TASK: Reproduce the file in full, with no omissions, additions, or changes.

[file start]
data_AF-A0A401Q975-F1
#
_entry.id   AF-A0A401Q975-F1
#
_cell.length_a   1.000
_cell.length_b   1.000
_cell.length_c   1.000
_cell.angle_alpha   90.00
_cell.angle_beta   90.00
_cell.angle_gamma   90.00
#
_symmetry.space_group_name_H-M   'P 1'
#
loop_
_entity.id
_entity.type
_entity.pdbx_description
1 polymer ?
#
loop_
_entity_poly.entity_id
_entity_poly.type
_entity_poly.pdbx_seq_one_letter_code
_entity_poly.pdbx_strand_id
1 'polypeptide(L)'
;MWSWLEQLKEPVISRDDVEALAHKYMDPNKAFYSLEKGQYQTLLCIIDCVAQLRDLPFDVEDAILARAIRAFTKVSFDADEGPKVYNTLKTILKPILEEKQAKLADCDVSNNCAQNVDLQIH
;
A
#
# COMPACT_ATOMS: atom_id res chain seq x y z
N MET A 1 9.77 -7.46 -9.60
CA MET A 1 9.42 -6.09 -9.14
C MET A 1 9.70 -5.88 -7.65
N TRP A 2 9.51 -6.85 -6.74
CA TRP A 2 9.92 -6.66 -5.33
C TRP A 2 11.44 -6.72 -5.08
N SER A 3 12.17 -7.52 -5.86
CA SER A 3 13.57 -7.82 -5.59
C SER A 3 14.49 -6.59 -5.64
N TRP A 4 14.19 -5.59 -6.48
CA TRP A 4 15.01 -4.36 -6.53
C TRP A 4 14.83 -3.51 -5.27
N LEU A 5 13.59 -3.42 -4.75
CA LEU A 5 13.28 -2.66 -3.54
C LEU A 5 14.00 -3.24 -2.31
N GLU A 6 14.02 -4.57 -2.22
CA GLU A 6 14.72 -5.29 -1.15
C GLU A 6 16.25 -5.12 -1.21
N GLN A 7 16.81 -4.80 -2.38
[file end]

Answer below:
data_AF-A0A401Q975-F1
#
_entry.id   AF-A0A401Q975-F1
#
_cell.length_a   1.000
_cell.length_b   1.000
_cell.length_c   1.000
_cell.angle_alpha   90.00
_cell.angle_beta   90.00
_cell.angle_gamma   90.00
#
_symmetry.space_group_name_H-M   'P 1'
#
loop_
_entity.id
_entity.type
_entity.pdbx_description
1 polymer ?
#
loop_
_entity_poly.entity_id
_entity_poly.type
_entity_poly.pdbx_seq_one_letter_code
_entity_poly.pdbx_strand_id
1 'polypeptide(L)'
;MWSWLEQLKEPVISRDDVEALAHKYMDPNKAFYSLEKGQYQTLLCIIDCVAQLRDLPFDVEDAILARAIRAFTKVSFDADEGPKVYNTLKTILKPILEEKQAKLADCDVSNNCAQNVDLQIH
;
A
#
# COMPACT_ATOMS: atom_id res chain seq x y z
N MET A 1 9.77 -7.46 -9.60
CA MET A 1 9.42 -6.09 -9.14
C MET A 1 9.70 -5.88 -7.65
N TRP A 2 9.51 -6.85 -6.74
CA TRP A 2 9.92 -6.66 -5.33
C TRP A 2 11.44 -6.72 -5.08
N SER A 3 12.17 -7.52 -5.86
CA SER A 3 13.57 -7.82 -5.59
C SER A 3 14.49 -6.59 -5.64
N TRP A 4 14.19 -5.59 -6.48
CA TRP A 4 15.01 -4.36 -6.53
C TRP A 4 14.83 -3.51 -5.27
N LEU A 5 13.59 -3.42 -4.75
CA LEU A 5 13.28 -2.66 -3.54
C LEU A 5 14.00 -3.24 -2.31
N GLU A 6 14.02 -4.57 -2.22
CA GLU A 6 14.72 -5.29 -1.15
C GLU A 6 16.25 -5.12 -1.21
N GLN A 7 16.81 -4.80 -2.38